(Feature Image Courtesy: Odisha360.com


With most Oriyas, the most common complaint is the lack of representation in media.

The fact that we have such a rich culture/heritage/Chief Minister, and yet none of it is shown to the world outside, while the nation is obsessed with Bengalis/Punjabis, is a common line of complaint that most urban, educated Oriyas hold on to.

In the 70 years of independence, hardly a handful of Oriyas have made any impact outside the state. If featuring in the news is any indicator of such impact, we only have Nandita Das, Debashis Mohanty, and Sudarshan Pattnaik. The only other thing we are in the news for is natural calamities – floods, cyclone, earthquake.

And yet, in the last week, we showed our true colours. Sona Mohapatra sang an Oriya folk song and we filed an FIR against her for committing the grave crime of attempting to re-interpret a folk song. And surprisingly, the outrage is being led by musicians, social workers, artists – people you’d generally expect to have an open mind about such matters. And yet, we cling on to our quaint ideas of ‘culture’ with such insecurity.

Our idea of protecting our culture is making it wear the burkha – it is precious so let us cloak it from head to toe. Let no one touch it, look at it, have anything to do with it. It is ours.

But it isn’t science. It is art.

The very nature of art is to change shape, to adapt, to be embraced by people across generations and still be revered. Sholay, arguably the biggest cinematic product of our nation, has been remade numerous times. Nusrat Fateh Ali Khan’s songs are adapted, Amir Khusrow and Bulle Shah’s songs are sung by rock bands across the world. Adaptations and interpretations are a part and parcel of art.

Shakespeare is the most widely read playwright in the world. Not because the Kingdom protected his writing and made them sacrosanct. But because Shakespeare has been adapted into every culture, every language, every context. And yet, his writings shine through because they touch something deep within us – they show us our dark sides, they throw light on our good.


Most of the outrage has been because Sona Mohapatra has ‘polluted’ the song.

Well, if you ask any boy who grew up in Bhubaneswar or Cuttack, you’ll realise there wasn’t much purity to the song when we grew up. For all its rich traditions, Rangabati was sung and performed in baarats – accompanied by sleazy, pedophilic songs about the breasts of 15 year old girls. It was sung on the streets at night, as drunken men shouted out the lyrics, made lewd signs, and generally became a pain in everybody’s asses. I never heard a single of these protectors of culture complain about it.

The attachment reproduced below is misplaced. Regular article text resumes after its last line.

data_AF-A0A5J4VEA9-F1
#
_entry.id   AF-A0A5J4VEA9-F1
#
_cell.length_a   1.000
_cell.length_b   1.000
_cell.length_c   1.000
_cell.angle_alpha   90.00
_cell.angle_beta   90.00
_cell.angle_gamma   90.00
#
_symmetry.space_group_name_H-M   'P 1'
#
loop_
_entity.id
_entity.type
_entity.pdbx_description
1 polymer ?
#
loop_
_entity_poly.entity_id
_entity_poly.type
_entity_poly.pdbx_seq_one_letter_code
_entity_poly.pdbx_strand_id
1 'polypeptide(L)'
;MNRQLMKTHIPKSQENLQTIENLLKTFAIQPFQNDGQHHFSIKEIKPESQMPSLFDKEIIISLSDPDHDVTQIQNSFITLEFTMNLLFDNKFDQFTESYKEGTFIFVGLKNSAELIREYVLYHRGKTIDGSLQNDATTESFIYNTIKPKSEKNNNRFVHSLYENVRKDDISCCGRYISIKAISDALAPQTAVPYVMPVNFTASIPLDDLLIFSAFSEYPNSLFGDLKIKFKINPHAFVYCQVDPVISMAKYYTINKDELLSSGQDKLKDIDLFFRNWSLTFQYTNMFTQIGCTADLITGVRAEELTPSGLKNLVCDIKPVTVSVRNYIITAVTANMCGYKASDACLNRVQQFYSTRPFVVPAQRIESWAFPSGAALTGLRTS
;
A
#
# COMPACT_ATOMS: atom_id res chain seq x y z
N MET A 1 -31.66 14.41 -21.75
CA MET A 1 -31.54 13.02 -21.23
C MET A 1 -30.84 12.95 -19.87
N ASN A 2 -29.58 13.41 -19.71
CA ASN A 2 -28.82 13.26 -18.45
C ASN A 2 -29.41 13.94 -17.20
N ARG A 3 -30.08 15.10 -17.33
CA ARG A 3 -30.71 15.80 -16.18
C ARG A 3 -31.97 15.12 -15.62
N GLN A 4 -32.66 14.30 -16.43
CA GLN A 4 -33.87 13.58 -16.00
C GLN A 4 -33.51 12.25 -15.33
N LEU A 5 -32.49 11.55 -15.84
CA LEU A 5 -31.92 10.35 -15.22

And to differ in opinion is one thing. To file an FIR? Seriously? Now the artists have to run from pillar to post, deal with court hearings, and get called up like petty criminals – just because they remade a song? Who are we? The Taliban? ISIS??

And who should be the culprit? Well, the youth wing of BJP, who else?

These are the same guys who run around shattering coffee shops and man-handling young girls on Valentine’s Day, these great upholders of the culture of Orissa.

And yet, it is not the first time that we are embarking on such foolishness. A few years ago, a Bill was passed in the Assembly to change the name from Orissa to Odisha. We all celebrated on social networks, and took pride in ‘bringing back our lost glory’. Wait, what the fuck?

How does a name change from Orissa to Odisha change anything? For a state grappling with malnutrition and illiteracy, NOBODY thought it inappropriate to spend crores of rupees on a useless bureacratic process. While we harp on about culture and Oriya pride, nobody speaks about the politics of Orissa. There has been just one Chief Minister for the last fifteen years. While there has been hardly any laudable progress (apart from the usual benefits of modernisation), he is hailed as a ‘clean’ man (*Makes mental note to wear white kurtas when meeting girls*).

Nobody speaks about that. About the fact that politics and the electoral process in Orissa is crumbling. That one man in power for long periods (no matter how good/clean he is) is a disaster for electoral democracy.

We don’t care about such things. What we want, is to cloak our songs with burkhas. Let nobody touch them, for they are ours.

Well, well done Orissa!

It was just a song on YouTube. People would have watched it, and forgotten about it. But now we have gone ahead and proved to the entire nation how petty and myopic we are!

And singers, writers and musicians from Orissa, beware!

Like Shah Rukh Khan says in one of his shitty romantic films, ‘FIR milenge, chalte chalte!’


R.I.P. Orkut